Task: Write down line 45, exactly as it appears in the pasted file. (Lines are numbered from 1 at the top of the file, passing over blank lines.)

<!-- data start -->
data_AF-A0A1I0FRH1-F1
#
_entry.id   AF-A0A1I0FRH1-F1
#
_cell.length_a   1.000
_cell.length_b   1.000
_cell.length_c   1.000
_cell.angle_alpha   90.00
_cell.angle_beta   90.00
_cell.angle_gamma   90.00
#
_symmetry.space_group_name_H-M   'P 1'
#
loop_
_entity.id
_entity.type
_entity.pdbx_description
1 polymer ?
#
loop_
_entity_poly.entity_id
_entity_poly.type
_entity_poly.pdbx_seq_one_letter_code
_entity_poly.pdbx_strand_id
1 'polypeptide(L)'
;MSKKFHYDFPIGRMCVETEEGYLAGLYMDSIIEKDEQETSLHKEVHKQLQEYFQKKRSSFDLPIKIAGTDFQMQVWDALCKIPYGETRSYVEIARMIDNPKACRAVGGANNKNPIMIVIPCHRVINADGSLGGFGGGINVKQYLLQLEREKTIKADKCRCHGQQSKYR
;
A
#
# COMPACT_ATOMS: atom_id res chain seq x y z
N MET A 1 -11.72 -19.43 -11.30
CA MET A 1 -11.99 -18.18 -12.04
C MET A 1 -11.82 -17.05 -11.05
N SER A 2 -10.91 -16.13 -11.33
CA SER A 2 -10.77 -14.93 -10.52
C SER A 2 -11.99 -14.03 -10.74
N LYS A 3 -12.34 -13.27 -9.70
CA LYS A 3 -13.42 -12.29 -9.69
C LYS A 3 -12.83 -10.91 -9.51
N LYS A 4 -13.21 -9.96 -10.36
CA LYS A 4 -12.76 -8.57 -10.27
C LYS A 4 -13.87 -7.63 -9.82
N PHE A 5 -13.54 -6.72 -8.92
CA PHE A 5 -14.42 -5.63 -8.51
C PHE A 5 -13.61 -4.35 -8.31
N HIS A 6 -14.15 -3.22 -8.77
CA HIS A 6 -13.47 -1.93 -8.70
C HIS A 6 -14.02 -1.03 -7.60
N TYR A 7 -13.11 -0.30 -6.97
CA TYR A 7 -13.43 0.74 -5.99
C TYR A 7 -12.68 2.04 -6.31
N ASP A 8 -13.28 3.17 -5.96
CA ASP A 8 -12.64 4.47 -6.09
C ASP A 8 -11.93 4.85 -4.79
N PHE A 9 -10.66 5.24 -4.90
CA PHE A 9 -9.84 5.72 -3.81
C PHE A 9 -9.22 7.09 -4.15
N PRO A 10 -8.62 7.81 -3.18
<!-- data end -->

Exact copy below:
C PHE A 5 -13.61 -4.35 -8.31